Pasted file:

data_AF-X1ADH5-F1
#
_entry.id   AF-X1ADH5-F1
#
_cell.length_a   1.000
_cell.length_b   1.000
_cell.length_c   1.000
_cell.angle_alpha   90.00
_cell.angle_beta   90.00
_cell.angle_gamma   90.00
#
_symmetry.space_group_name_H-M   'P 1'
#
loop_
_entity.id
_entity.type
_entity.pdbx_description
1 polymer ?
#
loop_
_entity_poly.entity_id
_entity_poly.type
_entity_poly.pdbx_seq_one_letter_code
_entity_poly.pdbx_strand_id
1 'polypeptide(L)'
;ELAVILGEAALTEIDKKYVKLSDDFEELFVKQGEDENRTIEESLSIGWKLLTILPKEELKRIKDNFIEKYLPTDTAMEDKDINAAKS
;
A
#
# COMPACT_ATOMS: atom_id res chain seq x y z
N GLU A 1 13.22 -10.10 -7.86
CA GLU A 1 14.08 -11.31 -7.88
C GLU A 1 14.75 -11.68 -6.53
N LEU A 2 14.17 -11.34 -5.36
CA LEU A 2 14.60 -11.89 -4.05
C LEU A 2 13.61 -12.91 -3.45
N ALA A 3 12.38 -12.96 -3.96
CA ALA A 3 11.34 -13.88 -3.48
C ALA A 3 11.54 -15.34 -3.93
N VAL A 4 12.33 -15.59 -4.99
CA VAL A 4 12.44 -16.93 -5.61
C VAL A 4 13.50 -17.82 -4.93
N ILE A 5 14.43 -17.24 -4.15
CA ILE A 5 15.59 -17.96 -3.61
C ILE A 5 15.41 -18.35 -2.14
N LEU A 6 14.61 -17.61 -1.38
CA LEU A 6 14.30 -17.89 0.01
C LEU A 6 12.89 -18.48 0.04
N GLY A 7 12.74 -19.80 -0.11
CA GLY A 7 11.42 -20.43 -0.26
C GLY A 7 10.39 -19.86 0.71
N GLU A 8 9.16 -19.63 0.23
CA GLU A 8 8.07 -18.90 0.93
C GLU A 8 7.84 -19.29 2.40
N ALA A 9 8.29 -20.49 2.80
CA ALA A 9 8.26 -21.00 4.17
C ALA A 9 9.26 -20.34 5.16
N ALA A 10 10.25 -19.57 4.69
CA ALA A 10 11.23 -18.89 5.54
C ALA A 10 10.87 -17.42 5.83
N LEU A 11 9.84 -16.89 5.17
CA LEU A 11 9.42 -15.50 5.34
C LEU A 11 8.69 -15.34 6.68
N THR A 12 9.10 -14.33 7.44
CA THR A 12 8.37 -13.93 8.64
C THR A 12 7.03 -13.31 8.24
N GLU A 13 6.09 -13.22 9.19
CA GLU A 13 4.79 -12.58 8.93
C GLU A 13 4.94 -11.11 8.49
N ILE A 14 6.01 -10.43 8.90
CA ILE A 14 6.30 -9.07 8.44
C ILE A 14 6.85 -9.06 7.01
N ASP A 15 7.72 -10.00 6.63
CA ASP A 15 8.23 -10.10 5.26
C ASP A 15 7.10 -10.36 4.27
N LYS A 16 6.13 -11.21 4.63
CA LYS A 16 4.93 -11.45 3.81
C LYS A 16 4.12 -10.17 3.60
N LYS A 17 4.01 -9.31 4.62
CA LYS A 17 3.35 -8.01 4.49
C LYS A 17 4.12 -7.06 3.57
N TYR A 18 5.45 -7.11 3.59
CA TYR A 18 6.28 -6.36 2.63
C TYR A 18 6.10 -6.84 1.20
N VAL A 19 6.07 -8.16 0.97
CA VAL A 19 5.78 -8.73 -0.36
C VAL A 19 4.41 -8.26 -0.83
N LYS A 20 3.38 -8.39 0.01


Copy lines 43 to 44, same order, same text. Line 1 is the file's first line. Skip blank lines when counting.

N ILE A 5 14.43 -17.24 -4.15
CA ILE A 5 15.59 -17.96 -3.61